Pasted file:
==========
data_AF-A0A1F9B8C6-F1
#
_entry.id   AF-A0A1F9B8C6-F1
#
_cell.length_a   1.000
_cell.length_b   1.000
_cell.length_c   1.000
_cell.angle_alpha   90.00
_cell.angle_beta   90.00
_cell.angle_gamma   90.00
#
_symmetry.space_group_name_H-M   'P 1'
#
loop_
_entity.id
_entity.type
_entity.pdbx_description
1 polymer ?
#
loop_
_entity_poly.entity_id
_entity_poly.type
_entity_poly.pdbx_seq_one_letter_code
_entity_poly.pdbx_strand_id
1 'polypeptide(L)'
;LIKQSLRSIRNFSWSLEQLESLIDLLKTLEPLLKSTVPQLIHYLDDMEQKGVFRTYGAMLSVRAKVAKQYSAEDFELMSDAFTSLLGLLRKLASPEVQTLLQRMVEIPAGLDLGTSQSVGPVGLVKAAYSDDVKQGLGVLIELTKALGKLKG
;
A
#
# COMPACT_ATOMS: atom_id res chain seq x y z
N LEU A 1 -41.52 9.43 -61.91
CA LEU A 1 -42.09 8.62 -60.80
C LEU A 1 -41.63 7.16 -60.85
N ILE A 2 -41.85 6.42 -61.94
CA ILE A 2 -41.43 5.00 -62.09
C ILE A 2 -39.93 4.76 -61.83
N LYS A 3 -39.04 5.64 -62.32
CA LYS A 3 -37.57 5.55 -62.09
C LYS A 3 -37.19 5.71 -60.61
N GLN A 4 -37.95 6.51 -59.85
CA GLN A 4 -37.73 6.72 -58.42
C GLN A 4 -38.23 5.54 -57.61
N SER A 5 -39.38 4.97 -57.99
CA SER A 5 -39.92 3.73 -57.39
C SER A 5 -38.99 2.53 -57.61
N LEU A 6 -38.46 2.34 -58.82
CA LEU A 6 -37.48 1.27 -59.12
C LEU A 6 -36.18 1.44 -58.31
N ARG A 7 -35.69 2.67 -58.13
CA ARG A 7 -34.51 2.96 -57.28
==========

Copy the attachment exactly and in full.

data_AF-A0A1F9B8C6-F1
#
_entry.id   AF-A0A1F9B8C6-F1
#
_cell.length_a   1.000
_cell.length_b   1.000
_cell.length_c   1.000
_cell.angle_alpha   90.00
_cell.angle_beta   90.00
_cell.angle_gamma   90.00
#
_symmetry.space_group_name_H-M   'P 1'
#
loop_
_entity.id
_entity.type
_entity.pdbx_description
1 polymer ?
#
loop_
_entity_poly.entity_id
_entity_poly.type
_entity_poly.pdbx_seq_one_letter_code
_entity_poly.pdbx_strand_id
1 'polypeptide(L)'
;LIKQSLRSIRNFSWSLEQLESLIDLLKTLEPLLKSTVPQLIHYLDDMEQKGVFRTYGAMLSVRAKVAKQYSAEDFELMSDAFTSLLGLLRKLASPEVQTLLQRMVEIPAGLDLGTSQSVGPVGLVKAAYSDDVKQGLGVLIELTKALGKLKG
;
A
#
# COMPACT_ATOMS: atom_id res chain seq x y z
N LEU A 1 -41.52 9.43 -61.91
CA LEU A 1 -42.09 8.62 -60.80
C LEU A 1 -41.63 7.16 -60.85
N ILE A 2 -41.85 6.42 -61.94
CA ILE A 2 -41.43 5.00 -62.09
C ILE A 2 -39.93 4.76 -61.83
N LYS A 3 -39.04 5.64 -62.32
CA LYS A 3 -37.57 5.55 -62.09
C LYS A 3 -37.19 5.71 -60.61
N GLN A 4 -37.95 6.51 -59.85
CA GLN A 4 -37.73 6.72 -58.42
C GLN A 4 -38.23 5.54 -57.61
N SER A 5 -39.38 4.97 -57.99
CA SER A 5 -39.92 3.73 -57.39
C SER A 5 -38.99 2.53 -57.61
N LEU A 6 -38.46 2.34 -58.82
CA LEU A 6 -37.48 1.27 -59.12
C LEU A 6 -36.18 1.44 -58.31
N ARG A 7 -35.69 2.67 -58.13
CA ARG A 7 -34.51 2.96 -57.28